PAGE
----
CURB backs land grabs probe
CURB applauds the announcement by the Premier, The Hon. David Burt, on the establishment of a Commission of Inquiry into the historic losses of citizens’ property in Bermuda.
This is a historic and important announcement and a part of what CURB sees as a national healing, which includes acknowledging the harm, loss and trauma of the past, whilst looking at ways to repair the damage that was done.
Understanding that land is crucial to a people’s economic development, the denial of access to land historically, and then the dispossession of property that occurred following Emancipation up until contemporary times, undergirds the ongoing economic disparity today.
CURB sees the establishment of this Commission as one part of a process that the people of this country need and must go through in order to find a way forward, hopefully together.
The history of white colonial land dispossession is documented worldwide, and Bermuda had its own form of dispossession, which resulted in poverty, homelessness, insecure land tenure, and the destruction of communities and the undermining of personal and collective identities.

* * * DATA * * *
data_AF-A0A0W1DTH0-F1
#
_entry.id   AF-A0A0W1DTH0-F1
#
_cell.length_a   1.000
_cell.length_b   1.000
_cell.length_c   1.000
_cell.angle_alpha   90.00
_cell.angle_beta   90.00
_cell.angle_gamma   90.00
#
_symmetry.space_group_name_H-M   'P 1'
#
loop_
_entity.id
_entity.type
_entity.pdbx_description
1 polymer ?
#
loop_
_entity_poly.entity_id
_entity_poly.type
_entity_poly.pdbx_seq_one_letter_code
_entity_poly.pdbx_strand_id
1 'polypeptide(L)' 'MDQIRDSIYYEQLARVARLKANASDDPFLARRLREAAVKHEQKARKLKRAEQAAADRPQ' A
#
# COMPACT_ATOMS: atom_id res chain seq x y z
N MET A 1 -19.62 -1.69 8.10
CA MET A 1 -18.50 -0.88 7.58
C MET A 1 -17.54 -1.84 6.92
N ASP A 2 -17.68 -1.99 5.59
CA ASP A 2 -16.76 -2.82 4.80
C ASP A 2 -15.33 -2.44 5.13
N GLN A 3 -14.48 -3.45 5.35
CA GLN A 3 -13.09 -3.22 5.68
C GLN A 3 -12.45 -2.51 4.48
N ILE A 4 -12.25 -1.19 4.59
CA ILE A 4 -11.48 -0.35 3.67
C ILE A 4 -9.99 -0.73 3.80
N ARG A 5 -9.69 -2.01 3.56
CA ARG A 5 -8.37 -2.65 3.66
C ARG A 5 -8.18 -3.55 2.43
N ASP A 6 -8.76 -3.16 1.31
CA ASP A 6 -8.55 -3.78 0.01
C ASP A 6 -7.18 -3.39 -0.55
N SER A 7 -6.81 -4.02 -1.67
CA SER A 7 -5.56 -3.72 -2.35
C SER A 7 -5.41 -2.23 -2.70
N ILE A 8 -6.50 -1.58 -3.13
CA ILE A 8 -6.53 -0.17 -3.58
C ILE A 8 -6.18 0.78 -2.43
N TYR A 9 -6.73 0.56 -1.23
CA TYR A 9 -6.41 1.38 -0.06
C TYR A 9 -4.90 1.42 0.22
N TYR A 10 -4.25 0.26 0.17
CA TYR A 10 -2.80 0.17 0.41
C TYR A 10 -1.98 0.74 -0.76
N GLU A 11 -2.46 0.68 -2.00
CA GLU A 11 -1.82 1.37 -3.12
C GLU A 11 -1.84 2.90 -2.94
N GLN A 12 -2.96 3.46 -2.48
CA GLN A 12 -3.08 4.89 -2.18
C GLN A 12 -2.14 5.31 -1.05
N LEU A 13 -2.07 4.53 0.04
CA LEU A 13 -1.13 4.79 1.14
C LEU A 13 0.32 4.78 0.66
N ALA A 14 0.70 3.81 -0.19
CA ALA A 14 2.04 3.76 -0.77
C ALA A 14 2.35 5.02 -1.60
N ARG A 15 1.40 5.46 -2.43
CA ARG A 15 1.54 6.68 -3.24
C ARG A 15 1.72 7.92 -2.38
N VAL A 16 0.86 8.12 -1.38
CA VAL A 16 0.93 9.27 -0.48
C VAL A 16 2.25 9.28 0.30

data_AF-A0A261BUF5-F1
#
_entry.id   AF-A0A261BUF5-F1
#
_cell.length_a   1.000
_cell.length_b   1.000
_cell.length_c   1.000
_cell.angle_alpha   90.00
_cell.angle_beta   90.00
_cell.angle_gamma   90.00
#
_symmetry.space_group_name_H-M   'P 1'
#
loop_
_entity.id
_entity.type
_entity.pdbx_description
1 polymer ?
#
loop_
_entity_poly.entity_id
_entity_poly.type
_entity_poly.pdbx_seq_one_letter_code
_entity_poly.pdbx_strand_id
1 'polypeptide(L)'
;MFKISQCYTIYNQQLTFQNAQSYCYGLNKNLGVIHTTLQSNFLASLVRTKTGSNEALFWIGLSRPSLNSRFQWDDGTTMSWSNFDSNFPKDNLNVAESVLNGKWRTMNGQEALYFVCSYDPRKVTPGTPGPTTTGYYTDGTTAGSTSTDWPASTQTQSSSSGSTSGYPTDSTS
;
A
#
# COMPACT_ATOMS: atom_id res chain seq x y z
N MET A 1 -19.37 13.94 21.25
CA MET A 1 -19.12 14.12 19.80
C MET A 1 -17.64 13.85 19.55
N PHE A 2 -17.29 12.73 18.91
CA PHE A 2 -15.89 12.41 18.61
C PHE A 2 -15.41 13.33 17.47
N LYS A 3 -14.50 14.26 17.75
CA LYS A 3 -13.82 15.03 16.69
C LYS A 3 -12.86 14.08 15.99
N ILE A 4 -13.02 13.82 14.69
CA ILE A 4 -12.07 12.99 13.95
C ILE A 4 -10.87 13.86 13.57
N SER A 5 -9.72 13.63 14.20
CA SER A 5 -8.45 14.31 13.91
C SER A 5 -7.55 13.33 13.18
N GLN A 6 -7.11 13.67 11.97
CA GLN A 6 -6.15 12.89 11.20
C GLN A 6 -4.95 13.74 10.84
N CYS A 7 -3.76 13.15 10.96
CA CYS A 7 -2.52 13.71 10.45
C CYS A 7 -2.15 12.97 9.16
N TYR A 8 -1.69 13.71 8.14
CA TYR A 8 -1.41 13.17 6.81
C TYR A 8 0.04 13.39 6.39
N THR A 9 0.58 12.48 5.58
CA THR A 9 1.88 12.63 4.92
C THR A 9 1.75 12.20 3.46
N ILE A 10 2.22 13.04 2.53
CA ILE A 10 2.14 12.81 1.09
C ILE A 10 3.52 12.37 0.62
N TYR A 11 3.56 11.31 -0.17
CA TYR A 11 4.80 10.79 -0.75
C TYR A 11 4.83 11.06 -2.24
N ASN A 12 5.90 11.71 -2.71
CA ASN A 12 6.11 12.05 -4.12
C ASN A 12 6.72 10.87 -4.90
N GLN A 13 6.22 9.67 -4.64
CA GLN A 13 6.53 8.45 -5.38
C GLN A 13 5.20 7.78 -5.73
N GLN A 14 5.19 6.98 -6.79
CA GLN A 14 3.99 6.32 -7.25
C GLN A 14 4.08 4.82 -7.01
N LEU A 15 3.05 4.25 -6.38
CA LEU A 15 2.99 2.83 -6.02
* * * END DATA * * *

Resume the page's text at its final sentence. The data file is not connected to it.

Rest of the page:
Land ownership in Bermuda was skewed by historical practices that favored giving/selling land along racial lines or to the connected few. Legislation targeting people of African Bermudian descent was passed ensuring that land ownership was denied for years. This was followed by resolutions, proclamations, and laws which played a key role in legitimizing land/property dispossession, the Tuckers’ Town land grab in the early 1900s being a prime example and the taking of land from St. David Islanders in the 1940s.
Land grabbing needs to be understood in the context of power and the desire for profit, this overrides existing meanings and uses of land that were rooted in local communities.
This history of land dispossession and segregation were key to the creation of a racially and spatially divided Bermuda. Addressing the trauma and legacies of that past is essential to not only helping repair the harm that was done but is needed to bring about acknowledgement and closure around a shameful part of our history.
We urge that part of the Commission’s mandate is to collect and collate narratives from the people of Bermuda to create a historical record of what occurred and happened. It may be that many of these stories are unable to be validated by documents or the ‘proof’ required by the legal system to correct past injustices. However, part of the healing process must be in the telling and recording of these stories so that it is not forgotten, and future generations understand the injustices of the past and acknowledge the need for racial equity and justice moving forward.
We urge both political parties to ensure that the Commission is not used as a political football, and instead embrace and support the need for this reparative work for our society to heal.
• Press release from CURB
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